Of all the retail, restaurants and entertainment establishments that people would like to see come to Killeen, there’s one that seems to get mentioned the most: Dave & Buster’s.

At a crime forum at Killeen police headquarters in January 2017, residents said they want a Dave & Buster’s — which features arcade games, restaurant and full service bar — in the city to keep teenagers from getting involved in what one city council member called “mischievous behavior.”

At a youth forum in February 2018, a panel of teenagers, also marked it as something they’d like to see.

Multiple Killeen City Council members, for years, have said it’s something they’d like to see come to Killeen.

A Killeen resident of more than 20 years, Heather Brock Toll said after visiting Dave & Buster’s in Austin (the nearest Dave & Buster’s to Killeen), she said it is the perfect place to enjoy as a family or to unwind and have a drink while playing the arcade.

“Who doesn’t like to have fun?” Toll said. “I think we are all a little kid at heart. I like gaming, arcades, and all that, so for a place to be somewhat of a bar scene and have that fun nostalgia — I’m all for it.”

Dave & Buster’s is a specific franchise that resonates with several Killeen residents.

Dave & Buster’s was founded in 1982 by David Corriveau and James “Buster” Corley as a full-service restaurant and video arcade.

Prior to opening the Dave & Buster’s franchise as co-CEOs, Corriveau used to operate a saloon and game parlor named “Cash McCool’s” in Little Rock, Arkansas, next to Corley’s Bar “Buster’s.”

Susan Beaver Neal, of Killeen, commented on social media she would like to see local entertainment geared to both families and adults — without nudity or a bar setting. Neal said she has visited Dave & Busters in Austin and out-of-state locations, and while it can be a costly place to go, it is no more expensive than movies, dining out or special snacks and she thinks it would be the perfect addition to the area.

Neal said when her children were younger, she enjoyed half-priced game nights — where she could be in the same building as her children and enjoy adult conversation with whoever she was out with.

“It’s a comfortable environment,” Neal said. “They show sports for those without cable. It’s a shame things like putt-putt closed down,” referring to the Killeen Putt-Putt Fun Center that closed down in 2011.

Population matters

Not including the close communities of Harker Heights and Copperas Cove, Killeen reported a population of 145,482 in 2017.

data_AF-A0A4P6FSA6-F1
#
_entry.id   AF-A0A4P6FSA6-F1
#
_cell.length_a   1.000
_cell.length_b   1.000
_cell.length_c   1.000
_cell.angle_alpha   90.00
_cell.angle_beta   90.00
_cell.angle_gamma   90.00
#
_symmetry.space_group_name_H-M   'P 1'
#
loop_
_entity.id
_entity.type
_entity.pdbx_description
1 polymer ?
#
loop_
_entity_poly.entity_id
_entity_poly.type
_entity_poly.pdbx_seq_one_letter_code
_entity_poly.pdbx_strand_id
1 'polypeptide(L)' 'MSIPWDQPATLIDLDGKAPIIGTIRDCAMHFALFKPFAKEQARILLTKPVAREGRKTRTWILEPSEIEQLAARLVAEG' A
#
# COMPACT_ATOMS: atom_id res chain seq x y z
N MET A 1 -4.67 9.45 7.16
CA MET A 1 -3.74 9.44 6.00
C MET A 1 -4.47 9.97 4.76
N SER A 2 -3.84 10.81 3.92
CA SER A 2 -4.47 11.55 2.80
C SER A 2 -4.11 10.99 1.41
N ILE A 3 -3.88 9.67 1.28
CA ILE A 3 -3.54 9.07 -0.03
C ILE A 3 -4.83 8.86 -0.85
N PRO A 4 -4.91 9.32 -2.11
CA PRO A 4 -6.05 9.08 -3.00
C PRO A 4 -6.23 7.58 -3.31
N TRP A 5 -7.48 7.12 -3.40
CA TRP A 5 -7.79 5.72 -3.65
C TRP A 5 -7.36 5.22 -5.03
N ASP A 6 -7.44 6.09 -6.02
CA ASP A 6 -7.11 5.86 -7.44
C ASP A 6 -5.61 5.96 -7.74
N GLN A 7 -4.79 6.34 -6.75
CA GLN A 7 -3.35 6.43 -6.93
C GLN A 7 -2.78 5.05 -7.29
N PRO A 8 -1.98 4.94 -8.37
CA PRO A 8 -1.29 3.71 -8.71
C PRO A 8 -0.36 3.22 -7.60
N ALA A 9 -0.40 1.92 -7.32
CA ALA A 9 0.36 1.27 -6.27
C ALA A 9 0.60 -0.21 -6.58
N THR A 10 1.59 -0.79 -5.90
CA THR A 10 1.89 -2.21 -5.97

Dave & Buster’s opened its 131st location in Huntsville, Alabama (population 180,000), according to an Aug. 19 news release. Two new Dave & Buster’s locations are scheduled to open later this month in McDonough, Georgia (population 22,000), which is part of the Atlanta metro area, and Witchia, Kansas (population 390,000).

Dave & Busters are typically located in major, densely populated U.S. and Canadian cities, such as Dallas, San Antonio or Austin. There are 13 locations in Texas, with the newest restaurant in Corpus Christi, which opened in October of 2018, according to a news release. Dave & Buster’s also has locations in South Texas city McAllen (which has similar-sized population to Killeen at about 142,000), and El Paso (population 682,000).

Perhaps one key difference, however, in McAllen getting a Dave & Buster’s — and not Killeen — is metro size. McAllen’s metro size is about 1.5 million residents, while the Killeen-Temple-Fort Hood metro size is about 450,000.

Dave & Buster’s officials did not return requests for comment on this article to see what it would take to open a location in Killeen.

According to the Dave & Busters website the smallest city in Texas with a Dave & Busters is Friendswood — a city that reported a population of 39,839 in 2017. However, Friendswood is part of the Houston metro area.

The lack of a Dave & Buster’s in the Killeen area still rubs some local residents.

“There are over 100,000 people living in this immediate area, there is nothing here,” Neal said. “We don’t need more adult only entertainment, we need family entertainment and to make this an area where our kids want to come back and raise families. No jobs, no growth.”

“Crazy we have to travel to Austin and Dallas for entertainment and even shopping,” Neal said.

Shalonda R. Baston is another Killeen resident who has frequented Dave & Buster’s both in Austin and a couple of Maryland branches.

Baston said she appreciates the food, games and atmosphere at the restaurant.

She expressed concern that the crime rate in the Killeen area would taint even a Dave & Buster’s if one would open in the area.

“I would love to see it come without drama,” Baston said. “It seems there are so many fights or shootings, though.”

While Toll thinks it would be fun to have more options for adult and family entertainment, she said another caution is the affect another franchise would have on budding and established local small businesses such as the Killeen arcade Bit Bar.

Bit Bar, 701 W Elms Road, is a bar and restaurant that has vintage arcade games from the 80s, 90s and early 2000s. It has certain hours to serve families, but set times for only patrons ages 18 and older.

Other family friendly establishments that boast food and large arcades in Killeen include Mr. Gatti’s Pizza and Chuck E Cheese.

Still, there seems to be an appetite for more.

“I think the community — Killeen, Cove and Heights definitely need entertainment,” Toll said. “It would be nice to start building in the way we see Austin has, with the diversity of entertainment.”

(1) comment


Yeah...not happening.

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